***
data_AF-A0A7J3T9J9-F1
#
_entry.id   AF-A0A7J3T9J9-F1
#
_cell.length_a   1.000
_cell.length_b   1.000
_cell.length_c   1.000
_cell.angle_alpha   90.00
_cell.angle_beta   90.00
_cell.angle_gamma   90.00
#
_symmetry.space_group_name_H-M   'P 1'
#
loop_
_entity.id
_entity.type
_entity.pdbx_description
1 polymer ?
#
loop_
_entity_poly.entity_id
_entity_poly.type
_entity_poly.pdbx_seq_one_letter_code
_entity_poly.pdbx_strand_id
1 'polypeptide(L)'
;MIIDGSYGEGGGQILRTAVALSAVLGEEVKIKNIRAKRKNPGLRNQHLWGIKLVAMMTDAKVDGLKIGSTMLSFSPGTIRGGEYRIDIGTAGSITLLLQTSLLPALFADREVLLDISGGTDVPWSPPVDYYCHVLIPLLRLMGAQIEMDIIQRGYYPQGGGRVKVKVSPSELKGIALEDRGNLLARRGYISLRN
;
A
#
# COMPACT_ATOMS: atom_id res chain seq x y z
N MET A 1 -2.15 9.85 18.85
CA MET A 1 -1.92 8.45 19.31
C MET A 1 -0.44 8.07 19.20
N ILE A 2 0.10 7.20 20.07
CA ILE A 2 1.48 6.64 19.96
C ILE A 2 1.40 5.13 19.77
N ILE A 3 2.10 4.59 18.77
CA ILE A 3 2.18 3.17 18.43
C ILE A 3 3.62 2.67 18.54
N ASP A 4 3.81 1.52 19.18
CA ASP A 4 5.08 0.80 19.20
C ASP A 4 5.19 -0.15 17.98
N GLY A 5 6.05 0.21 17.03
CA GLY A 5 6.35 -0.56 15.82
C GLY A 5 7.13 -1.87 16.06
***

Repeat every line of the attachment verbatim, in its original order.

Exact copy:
data_AF-A0A7J3T9J9-F1
#
_entry.id   AF-A0A7J3T9J9-F1
#
_cell.length_a   1.000
_cell.length_b   1.000
_cell.length_c   1.000
_cell.angle_alpha   90.00
_cell.angle_beta   90.00
_cell.angle_gamma   90.00
#
_symmetry.space_group_name_H-M   'P 1'
#
loop_
_entity.id
_entity.type
_entity.pdbx_description
1 polymer ?
#
loop_
_entity_poly.entity_id
_entity_poly.type
_entity_poly.pdbx_seq_one_letter_code
_entity_poly.pdbx_strand_id
1 'polypeptide(L)'
;MIIDGSYGEGGGQILRTAVALSAVLGEEVKIKNIRAKRKNPGLRNQHLWGIKLVAMMTDAKVDGLKIGSTMLSFSPGTIRGGEYRIDIGTAGSITLLLQTSLLPALFADREVLLDISGGTDVPWSPPVDYYCHVLIPLLRLMGAQIEMDIIQRGYYPQGGGRVKVKVSPSELKGIALEDRGNLLARRGYISLRN
;
A
#
# COMPACT_ATOMS: atom_id res chain seq x y z
N MET A 1 -2.15 9.85 18.85
CA MET A 1 -1.92 8.45 19.31
C MET A 1 -0.44 8.07 19.20
N ILE A 2 0.10 7.20 20.07
CA ILE A 2 1.48 6.64 19.96
C ILE A 2 1.40 5.13 19.77
N ILE A 3 2.10 4.59 18.77
CA ILE A 3 2.18 3.17 18.43
C ILE A 3 3.62 2.67 18.54
N ASP A 4 3.81 1.52 19.18
CA ASP A 4 5.08 0.80 19.20
C ASP A 4 5.19 -0.15 17.98
N GLY A 5 6.05 0.21 17.03
CA GLY A 5 6.35 -0.56 15.82
C GLY A 5 7.13 -1.87 16.06